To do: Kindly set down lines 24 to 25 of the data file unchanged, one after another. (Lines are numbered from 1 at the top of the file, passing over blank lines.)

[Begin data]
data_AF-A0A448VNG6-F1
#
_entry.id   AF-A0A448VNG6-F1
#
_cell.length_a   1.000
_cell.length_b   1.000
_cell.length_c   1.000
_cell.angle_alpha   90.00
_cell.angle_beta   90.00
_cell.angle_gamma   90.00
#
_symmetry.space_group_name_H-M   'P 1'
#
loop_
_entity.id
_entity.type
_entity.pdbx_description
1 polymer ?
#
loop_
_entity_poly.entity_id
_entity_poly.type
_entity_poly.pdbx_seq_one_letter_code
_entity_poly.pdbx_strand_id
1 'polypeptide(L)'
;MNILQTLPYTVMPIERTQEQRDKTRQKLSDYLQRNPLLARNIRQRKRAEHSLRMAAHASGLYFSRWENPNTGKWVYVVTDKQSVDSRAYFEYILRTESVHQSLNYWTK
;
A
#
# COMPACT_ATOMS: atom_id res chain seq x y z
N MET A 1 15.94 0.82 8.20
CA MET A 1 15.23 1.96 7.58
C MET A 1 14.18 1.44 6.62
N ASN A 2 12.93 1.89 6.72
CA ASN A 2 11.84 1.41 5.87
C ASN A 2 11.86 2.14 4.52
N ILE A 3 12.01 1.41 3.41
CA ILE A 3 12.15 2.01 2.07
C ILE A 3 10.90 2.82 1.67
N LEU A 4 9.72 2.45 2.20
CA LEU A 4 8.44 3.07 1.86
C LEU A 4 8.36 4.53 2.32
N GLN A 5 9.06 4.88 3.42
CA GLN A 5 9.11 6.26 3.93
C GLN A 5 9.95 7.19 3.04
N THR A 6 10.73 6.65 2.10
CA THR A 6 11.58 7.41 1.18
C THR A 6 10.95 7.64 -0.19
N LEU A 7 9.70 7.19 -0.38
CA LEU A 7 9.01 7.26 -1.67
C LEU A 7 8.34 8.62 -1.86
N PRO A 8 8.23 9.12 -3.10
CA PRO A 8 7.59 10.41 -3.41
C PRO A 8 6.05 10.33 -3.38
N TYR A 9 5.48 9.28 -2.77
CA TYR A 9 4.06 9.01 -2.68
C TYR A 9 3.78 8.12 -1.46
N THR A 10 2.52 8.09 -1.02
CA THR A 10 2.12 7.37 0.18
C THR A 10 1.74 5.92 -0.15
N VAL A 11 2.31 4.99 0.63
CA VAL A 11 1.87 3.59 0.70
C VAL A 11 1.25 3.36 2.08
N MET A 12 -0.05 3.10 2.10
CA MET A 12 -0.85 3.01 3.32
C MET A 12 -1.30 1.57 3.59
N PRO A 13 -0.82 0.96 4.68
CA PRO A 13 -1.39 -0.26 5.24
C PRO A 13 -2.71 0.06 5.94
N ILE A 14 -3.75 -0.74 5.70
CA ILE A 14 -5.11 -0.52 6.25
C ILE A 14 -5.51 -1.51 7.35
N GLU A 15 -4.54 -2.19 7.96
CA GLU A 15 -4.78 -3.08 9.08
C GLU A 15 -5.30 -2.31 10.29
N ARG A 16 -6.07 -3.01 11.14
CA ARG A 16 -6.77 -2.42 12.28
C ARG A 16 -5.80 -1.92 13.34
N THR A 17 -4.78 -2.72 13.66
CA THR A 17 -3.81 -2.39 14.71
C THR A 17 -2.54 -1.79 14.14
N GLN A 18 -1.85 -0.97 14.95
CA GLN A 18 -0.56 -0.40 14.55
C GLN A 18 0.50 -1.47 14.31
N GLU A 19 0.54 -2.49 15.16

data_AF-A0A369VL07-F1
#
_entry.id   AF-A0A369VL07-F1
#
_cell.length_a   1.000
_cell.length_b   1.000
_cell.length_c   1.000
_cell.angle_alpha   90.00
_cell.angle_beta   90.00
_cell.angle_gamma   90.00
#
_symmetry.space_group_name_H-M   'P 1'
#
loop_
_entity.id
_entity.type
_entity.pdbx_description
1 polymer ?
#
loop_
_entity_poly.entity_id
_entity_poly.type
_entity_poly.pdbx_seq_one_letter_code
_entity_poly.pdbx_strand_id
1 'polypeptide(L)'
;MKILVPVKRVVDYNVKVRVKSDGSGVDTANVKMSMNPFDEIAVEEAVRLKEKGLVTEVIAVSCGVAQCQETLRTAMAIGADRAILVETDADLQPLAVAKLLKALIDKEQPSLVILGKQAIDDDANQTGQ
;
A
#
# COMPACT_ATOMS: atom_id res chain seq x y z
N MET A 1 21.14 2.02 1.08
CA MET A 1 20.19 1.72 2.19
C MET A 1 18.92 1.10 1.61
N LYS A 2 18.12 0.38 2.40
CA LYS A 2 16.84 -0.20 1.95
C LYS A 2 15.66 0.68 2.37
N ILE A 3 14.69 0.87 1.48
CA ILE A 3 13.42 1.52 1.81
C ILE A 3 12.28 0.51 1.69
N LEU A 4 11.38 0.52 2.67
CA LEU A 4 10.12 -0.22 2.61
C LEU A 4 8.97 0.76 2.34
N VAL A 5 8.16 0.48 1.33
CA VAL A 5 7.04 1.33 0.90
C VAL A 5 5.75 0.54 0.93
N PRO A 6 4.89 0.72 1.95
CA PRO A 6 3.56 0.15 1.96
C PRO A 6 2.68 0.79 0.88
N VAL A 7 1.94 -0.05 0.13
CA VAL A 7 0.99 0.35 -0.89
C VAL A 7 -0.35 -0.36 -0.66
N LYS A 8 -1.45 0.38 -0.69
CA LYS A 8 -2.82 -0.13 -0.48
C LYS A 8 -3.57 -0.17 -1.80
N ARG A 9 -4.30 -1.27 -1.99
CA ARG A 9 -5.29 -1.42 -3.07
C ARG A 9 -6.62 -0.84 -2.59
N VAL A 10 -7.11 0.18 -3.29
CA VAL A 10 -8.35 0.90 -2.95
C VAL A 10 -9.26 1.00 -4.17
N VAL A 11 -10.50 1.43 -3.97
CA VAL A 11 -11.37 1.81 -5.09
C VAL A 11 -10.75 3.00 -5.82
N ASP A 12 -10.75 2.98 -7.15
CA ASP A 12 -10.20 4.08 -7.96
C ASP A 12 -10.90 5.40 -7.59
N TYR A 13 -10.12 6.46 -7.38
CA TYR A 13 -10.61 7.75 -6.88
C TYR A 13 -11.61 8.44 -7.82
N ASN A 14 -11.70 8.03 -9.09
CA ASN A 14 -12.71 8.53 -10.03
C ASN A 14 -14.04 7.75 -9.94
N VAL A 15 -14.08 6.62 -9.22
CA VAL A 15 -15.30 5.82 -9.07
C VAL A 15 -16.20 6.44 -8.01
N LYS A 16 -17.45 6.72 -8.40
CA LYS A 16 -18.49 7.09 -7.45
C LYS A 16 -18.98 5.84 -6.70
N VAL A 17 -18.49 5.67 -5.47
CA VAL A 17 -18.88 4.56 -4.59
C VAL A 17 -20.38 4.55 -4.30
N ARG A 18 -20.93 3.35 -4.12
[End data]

_entity_poly.pdbx_strand_id
1 'polypeptide(L)'